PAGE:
Aged Wine

Even though it’s been over a year since we were able to go to our neighborhood wine bar, Augustine, we’ve still been celebrating some special occasions with aged wine. We don’t have a stocked cellar at home (we wish!), but were able to buy older bottles from Hi-Time Wine Cellars in Costa Mesa, and through an online auction from K&L Wine Merchants. We like aged wine because it has earthy, fruit-leather aromas and flavors we don’t find anywhere else — but it can be hit or miss.

Before buying our bottles, we did a bit of research on what types of wine age best. Red wines tend to age better than whites; in general, the higher the acidity and tannins, the better it ages. As red wine ages, it turns towards a lighter red or orangish color. The acidity and tannins fade, some oxidation occurs, and a new set of subtle flavors emerge. Some wines that typically benefit from aging include Cabernet Sauvignon, Merlot, Mourvèdre (Monastrell), Tempranillo, and the Italian varietals Nebbiolo and Sangiovese.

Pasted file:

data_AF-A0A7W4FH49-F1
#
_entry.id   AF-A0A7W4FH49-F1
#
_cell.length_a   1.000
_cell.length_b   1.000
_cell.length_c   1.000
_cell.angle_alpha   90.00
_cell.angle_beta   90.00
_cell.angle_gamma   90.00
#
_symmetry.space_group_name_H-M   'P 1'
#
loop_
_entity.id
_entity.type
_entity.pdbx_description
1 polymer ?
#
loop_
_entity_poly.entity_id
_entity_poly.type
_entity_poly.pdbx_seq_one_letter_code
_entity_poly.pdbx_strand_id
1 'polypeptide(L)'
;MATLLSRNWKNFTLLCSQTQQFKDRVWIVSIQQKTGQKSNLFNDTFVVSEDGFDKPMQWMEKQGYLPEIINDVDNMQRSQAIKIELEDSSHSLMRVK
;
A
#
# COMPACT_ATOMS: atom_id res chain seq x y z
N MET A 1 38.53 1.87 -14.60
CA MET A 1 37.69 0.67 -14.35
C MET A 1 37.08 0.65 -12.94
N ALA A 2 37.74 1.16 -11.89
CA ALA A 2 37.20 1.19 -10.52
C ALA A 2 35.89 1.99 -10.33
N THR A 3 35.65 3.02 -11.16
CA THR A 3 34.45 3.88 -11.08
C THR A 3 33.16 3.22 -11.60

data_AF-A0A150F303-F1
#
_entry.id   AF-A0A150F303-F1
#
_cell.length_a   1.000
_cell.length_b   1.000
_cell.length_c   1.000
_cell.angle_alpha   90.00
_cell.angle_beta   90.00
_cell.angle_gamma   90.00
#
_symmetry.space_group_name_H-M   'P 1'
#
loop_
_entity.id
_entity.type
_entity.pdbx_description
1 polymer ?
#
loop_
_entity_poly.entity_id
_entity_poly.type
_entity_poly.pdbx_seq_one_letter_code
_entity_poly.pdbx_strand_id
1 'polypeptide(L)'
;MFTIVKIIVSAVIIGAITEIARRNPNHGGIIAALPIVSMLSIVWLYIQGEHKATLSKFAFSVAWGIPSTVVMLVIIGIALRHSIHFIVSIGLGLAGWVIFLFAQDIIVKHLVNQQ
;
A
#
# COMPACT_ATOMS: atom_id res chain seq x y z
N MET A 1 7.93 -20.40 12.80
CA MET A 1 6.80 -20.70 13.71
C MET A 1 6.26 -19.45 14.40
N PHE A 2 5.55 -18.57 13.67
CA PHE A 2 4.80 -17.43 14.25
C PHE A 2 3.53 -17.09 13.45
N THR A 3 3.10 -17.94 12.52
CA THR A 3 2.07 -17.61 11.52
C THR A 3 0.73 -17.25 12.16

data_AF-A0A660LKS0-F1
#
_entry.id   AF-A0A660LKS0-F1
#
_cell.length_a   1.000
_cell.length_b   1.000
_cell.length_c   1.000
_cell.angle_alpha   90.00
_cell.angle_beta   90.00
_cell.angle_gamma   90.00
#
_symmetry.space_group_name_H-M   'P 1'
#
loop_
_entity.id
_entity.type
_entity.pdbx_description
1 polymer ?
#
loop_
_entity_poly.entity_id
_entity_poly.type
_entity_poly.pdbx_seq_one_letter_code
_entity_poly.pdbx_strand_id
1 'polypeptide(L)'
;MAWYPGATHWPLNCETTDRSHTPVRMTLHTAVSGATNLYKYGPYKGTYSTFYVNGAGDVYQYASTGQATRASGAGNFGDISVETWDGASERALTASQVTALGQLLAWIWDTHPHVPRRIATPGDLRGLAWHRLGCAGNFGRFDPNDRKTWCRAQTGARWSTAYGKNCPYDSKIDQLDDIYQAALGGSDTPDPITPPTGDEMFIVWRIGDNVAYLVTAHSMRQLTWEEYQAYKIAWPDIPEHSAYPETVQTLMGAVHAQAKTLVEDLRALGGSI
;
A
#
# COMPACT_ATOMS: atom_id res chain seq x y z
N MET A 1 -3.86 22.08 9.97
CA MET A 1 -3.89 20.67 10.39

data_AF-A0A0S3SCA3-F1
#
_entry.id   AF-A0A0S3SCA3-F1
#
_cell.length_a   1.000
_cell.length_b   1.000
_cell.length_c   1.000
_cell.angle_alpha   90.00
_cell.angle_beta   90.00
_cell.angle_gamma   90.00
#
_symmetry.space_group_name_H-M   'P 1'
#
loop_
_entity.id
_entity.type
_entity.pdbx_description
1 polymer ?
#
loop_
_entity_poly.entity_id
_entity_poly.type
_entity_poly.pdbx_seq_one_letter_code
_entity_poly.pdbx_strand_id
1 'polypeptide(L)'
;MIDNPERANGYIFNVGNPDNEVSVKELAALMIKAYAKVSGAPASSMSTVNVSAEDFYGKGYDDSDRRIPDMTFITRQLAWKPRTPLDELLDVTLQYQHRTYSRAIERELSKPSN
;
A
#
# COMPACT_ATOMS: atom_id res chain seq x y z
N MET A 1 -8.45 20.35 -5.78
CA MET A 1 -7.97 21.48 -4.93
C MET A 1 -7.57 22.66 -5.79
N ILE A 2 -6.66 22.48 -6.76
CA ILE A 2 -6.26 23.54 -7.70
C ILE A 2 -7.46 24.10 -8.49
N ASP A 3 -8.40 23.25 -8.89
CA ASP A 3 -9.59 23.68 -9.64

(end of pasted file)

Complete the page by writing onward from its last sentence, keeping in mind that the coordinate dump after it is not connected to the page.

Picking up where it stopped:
The quality of wine produced in a given year is also important; for Brian’s birthday we ordered an aged Bordeaux from 1982, which was viewed as a historic vintage. That wine was complex and earthy, with notes of berry pie. The bottle pictured above was for Emily’s birthday, chosen since it was from her birth year — probably not the best reason to pick a bottle of wine, but it was also good.

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